We’ve all heard it; “Cheer up, they said, things could be worse, so I cheered up and sure enough – things got worse!” That sounds pretty pessimistic because it is – and yet, there are times in life when we can be fairly confident that we are headed into some hard times. We can only speculate what lies ahead, but we are pretty sure that troubles await us.
The apostle Paul was facing one of those times when he was completing his last missionary journey and headed towards Jerusalem. He had already faced strong opposition in many cities, but he was aware that even greater difficulties lie ahead. We can learn from him how to cope with life when difficulty and even death are on the horizon.
In Acts chapter 20 we pick up the story as Paul comes to a place called Miletus. He knew that he wouldn’t be free to travel through there again, so he sent for the leaders of the church at Ephesus. He had spent three years with these men and had corresponded with them. Even as he faced great trouble his mind was on others. He knew time was short so he decided to use some of that time to encourage and strengthen others. Facing hardship, he knew the value of relationships.
Paul also knew that importance of focusing on eternal truths. When we face difficulty it can cause us to become focused on self-preservation rather than obedience to Christ. Sometimes we must remember why we are here and what we are called to do. It can be good to say those things out loud, preaching to ourselves as much as to someone else. Listen to what Paul said:
And now, behold, I am going to Jerusalem, constrained by the Spirit, not knowing what will happen to me there, 23 except that the Holy Spirit testifies to me in every city that imprisonment and afflictions await me. 24 But I do not account my life of any value nor as precious to myself, if only I may finish my course and the ministry that I received from the Lord Jesus, to testify to the gospel of the grace of God. (Acts 20:22-24 ESV)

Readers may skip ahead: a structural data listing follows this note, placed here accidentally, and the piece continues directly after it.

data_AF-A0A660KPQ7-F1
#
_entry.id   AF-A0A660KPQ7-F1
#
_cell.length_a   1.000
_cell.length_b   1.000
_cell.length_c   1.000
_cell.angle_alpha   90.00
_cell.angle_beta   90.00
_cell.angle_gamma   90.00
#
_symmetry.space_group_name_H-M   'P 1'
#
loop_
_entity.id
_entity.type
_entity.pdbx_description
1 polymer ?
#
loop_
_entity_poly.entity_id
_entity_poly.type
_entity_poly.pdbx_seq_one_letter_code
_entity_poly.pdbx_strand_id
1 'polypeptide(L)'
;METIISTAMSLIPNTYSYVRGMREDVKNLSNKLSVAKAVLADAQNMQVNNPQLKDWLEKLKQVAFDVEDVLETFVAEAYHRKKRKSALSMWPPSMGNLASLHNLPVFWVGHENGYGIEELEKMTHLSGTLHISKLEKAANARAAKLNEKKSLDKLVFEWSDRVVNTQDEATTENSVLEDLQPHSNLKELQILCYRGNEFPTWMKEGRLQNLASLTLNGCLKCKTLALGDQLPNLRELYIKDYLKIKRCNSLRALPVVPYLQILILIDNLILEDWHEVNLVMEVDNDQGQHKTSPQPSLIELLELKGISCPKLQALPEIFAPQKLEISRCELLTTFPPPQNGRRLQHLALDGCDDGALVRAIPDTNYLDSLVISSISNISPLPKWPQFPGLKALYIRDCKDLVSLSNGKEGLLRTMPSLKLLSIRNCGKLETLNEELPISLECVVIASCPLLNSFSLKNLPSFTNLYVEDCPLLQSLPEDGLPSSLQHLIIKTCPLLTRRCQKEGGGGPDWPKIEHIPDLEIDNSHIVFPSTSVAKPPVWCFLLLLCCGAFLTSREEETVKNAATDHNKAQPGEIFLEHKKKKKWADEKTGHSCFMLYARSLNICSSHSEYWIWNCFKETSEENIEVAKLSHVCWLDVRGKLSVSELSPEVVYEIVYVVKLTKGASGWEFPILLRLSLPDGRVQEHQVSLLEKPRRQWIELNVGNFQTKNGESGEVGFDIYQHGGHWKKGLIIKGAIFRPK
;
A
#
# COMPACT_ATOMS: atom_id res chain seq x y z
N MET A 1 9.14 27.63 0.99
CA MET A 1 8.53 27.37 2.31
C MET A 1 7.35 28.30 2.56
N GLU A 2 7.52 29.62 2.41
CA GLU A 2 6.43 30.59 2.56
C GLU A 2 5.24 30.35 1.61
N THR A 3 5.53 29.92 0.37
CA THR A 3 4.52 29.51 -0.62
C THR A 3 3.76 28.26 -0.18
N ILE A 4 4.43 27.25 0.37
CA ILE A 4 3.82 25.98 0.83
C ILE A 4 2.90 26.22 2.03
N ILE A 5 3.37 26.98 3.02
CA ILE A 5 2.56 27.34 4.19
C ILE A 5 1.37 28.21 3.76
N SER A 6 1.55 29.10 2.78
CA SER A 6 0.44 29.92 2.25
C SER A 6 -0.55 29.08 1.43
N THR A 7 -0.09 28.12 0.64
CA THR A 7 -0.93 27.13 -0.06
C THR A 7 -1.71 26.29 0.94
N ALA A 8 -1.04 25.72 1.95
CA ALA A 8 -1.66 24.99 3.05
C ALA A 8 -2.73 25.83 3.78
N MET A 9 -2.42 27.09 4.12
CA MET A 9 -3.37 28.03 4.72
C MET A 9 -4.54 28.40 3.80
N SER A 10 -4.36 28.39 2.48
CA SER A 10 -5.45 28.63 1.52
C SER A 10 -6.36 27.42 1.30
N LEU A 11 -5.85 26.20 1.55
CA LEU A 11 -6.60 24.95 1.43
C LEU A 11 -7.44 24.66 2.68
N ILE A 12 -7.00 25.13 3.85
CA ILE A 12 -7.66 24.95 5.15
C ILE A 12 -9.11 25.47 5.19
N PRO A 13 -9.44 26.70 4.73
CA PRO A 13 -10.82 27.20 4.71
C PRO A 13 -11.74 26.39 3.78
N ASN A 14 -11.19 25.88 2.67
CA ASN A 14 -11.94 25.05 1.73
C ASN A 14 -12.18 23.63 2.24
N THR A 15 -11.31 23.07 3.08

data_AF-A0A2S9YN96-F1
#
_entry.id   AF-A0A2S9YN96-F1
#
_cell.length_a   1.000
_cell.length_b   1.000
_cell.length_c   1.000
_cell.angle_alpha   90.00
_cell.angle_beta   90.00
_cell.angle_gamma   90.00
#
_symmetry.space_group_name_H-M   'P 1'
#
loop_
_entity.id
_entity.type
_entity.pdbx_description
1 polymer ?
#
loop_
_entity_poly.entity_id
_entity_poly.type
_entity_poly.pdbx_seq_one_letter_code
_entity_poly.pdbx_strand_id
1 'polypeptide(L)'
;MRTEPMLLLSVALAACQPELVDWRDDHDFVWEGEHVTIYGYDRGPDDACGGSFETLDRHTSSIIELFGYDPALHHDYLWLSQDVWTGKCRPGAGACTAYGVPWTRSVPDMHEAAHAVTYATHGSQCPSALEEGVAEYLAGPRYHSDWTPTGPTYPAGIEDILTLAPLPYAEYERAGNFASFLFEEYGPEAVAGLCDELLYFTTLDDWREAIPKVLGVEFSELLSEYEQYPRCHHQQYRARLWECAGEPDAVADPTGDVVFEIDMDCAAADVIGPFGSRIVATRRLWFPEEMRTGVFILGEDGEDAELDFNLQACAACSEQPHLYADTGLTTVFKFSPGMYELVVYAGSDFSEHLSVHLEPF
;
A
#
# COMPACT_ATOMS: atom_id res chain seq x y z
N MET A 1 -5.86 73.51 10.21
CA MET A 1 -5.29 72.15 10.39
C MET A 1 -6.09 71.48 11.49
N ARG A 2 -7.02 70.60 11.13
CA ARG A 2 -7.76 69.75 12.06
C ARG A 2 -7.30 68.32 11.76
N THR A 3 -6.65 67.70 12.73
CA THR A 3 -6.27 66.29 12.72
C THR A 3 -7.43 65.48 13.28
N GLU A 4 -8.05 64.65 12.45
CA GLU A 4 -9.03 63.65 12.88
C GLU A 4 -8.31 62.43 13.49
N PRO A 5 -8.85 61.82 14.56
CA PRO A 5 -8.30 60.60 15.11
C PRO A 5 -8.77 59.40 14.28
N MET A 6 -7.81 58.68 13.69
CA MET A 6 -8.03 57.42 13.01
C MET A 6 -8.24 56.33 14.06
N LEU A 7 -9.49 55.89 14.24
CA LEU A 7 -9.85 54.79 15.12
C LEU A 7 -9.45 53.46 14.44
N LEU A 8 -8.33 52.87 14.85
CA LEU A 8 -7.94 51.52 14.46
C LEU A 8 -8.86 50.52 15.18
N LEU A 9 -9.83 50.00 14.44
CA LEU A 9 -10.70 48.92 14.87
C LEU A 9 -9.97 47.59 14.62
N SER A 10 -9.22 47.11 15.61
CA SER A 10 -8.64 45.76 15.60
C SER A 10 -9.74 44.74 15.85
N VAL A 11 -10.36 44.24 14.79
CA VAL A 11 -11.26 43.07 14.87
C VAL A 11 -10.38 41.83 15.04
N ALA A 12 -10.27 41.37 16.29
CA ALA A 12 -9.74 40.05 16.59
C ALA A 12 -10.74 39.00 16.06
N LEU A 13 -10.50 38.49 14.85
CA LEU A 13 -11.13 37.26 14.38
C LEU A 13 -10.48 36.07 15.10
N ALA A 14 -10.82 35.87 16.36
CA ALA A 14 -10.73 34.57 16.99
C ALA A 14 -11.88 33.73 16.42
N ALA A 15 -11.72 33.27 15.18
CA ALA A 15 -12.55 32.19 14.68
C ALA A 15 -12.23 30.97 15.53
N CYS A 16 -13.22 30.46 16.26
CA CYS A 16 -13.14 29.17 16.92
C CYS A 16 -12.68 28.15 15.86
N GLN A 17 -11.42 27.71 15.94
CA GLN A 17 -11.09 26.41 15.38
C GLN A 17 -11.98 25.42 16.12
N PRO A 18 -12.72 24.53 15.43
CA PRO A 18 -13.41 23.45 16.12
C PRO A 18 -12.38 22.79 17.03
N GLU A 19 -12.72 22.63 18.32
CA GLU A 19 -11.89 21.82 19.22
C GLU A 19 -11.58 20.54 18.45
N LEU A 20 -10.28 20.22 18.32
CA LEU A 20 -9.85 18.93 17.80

When hardship or even death approaches, it is important that we recognize that our work is not yet done. As long as we have breath there is a task that must be completed. Paul had served well, even as he testified in the context of those verses, but he also wanted to finish well! There is nothing more tragic than a life lived well that is thrown aside because of fear, doubt, or discouragement.
Paul also remembered that he wasn’t alone. When we isolate ourselves things seem darker and fears grow larger. Paul called these men so that he could see them one last time, could encourage them to stay the course as well, and could pray with them before he traveled on. They prayed, they hugged, they walked him down to the ship, and I can imagine that they stayed and watched as the ship pulled out.
Whatever you are facing, learn from Paul’s example. Continue to live well (make corrections as needed). Know your mission on earth and say it out loud to yourself and others. Encourage those around you. Pray with others. Maintain relationships by expressing emotion together. Do those things and God will help you all the way home!